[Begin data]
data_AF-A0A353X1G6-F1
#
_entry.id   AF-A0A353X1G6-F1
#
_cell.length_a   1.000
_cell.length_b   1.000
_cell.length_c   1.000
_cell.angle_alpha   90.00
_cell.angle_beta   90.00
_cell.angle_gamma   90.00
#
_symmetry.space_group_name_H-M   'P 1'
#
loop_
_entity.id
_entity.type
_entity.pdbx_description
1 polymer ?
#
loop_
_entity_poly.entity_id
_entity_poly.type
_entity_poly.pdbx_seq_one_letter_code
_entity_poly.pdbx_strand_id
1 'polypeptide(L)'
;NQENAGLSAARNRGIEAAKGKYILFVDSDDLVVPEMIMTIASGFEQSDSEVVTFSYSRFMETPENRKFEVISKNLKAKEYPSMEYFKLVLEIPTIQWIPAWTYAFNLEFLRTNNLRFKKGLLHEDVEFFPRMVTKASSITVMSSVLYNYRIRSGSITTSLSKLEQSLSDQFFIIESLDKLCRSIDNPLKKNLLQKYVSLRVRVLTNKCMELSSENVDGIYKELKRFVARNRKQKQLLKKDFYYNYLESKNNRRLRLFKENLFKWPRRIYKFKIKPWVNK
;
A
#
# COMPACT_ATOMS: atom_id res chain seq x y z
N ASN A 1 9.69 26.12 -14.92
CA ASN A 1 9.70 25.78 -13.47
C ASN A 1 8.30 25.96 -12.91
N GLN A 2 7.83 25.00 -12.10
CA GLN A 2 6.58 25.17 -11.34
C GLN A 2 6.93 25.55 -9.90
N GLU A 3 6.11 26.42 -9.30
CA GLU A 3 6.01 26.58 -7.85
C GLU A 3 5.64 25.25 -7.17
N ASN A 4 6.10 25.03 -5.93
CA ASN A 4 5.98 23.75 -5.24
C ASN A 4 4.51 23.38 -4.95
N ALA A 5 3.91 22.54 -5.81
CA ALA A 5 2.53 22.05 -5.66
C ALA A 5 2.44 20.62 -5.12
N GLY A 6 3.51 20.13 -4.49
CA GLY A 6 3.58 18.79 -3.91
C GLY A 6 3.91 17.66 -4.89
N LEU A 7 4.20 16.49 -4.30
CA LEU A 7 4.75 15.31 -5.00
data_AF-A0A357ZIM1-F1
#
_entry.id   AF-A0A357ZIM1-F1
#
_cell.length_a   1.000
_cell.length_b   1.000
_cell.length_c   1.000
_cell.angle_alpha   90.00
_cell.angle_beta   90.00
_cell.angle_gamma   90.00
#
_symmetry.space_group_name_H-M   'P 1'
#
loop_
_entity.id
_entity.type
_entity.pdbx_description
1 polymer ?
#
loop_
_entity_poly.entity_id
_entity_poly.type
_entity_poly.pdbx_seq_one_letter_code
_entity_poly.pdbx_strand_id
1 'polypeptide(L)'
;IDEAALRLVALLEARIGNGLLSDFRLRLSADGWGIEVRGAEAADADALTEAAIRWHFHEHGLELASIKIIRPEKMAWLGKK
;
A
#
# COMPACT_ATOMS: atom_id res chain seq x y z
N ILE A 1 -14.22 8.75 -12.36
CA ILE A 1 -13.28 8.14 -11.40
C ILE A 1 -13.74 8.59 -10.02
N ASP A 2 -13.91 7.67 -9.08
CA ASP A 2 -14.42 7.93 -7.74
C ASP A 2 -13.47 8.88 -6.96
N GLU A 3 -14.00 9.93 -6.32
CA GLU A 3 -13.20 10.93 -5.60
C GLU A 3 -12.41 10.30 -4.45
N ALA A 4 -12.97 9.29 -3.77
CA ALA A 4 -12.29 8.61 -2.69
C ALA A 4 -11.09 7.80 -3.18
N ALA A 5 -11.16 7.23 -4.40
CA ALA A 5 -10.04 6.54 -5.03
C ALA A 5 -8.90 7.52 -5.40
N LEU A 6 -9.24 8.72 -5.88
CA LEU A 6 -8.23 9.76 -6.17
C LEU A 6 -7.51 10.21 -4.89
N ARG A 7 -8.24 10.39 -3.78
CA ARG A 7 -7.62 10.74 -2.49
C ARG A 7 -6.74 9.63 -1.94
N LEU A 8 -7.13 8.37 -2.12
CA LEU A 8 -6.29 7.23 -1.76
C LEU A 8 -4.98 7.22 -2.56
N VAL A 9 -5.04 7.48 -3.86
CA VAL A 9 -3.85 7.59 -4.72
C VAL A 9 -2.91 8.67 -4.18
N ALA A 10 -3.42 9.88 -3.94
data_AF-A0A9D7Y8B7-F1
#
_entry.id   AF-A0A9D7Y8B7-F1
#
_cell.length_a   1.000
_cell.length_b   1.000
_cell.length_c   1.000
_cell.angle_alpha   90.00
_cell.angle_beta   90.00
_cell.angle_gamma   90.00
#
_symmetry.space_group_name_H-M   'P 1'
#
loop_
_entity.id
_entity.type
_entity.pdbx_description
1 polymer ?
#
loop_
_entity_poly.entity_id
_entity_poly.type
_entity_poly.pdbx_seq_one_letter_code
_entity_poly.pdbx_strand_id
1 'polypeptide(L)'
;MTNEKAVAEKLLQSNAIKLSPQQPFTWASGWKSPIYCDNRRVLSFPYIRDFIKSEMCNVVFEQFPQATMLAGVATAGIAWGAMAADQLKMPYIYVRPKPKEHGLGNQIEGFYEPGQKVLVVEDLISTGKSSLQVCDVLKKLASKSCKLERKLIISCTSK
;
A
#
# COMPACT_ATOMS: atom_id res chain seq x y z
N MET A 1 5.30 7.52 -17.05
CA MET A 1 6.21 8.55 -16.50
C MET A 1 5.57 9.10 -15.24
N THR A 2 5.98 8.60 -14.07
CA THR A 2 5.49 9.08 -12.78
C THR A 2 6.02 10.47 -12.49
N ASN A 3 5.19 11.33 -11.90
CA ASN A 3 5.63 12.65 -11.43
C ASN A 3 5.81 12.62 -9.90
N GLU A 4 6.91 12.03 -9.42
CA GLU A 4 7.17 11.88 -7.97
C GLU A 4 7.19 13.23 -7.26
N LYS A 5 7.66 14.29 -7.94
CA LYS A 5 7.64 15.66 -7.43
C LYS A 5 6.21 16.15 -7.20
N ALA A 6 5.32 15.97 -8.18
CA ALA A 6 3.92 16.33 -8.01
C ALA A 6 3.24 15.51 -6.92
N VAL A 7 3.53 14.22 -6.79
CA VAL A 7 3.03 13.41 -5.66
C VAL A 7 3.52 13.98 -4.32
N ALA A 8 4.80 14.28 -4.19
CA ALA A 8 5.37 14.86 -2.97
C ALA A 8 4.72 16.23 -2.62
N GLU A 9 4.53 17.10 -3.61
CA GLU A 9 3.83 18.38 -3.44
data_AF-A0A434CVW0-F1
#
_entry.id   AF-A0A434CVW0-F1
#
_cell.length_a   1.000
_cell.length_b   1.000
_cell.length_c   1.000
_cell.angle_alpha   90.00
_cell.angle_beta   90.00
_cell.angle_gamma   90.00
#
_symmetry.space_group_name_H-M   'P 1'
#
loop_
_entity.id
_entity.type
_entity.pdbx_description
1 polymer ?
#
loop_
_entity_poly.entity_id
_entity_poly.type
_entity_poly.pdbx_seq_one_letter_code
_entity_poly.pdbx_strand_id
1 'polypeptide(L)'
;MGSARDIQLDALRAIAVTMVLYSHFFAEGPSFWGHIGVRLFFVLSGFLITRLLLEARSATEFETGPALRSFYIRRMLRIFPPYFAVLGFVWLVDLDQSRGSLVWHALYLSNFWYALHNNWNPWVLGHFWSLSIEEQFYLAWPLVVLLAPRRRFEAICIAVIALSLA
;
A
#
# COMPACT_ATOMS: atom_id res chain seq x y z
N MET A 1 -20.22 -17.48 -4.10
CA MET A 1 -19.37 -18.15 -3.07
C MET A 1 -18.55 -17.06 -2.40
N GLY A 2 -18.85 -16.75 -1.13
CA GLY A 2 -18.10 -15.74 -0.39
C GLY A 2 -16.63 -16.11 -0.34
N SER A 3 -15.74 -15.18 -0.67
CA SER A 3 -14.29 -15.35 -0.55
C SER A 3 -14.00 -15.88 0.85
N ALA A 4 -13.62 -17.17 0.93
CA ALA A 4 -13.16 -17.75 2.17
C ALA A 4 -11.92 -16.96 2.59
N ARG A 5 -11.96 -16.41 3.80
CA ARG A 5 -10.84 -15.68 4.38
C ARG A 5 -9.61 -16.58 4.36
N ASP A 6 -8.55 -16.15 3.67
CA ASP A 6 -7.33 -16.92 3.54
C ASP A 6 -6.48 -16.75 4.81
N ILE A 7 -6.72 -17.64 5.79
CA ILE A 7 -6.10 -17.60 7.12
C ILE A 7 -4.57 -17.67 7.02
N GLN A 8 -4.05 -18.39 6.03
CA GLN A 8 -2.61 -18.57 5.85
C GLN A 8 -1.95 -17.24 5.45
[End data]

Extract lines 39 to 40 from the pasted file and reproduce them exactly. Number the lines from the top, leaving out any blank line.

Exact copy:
C GLU A 3 5.64 25.25 -7.17
N ASN A 4 6.10 25.03 -5.93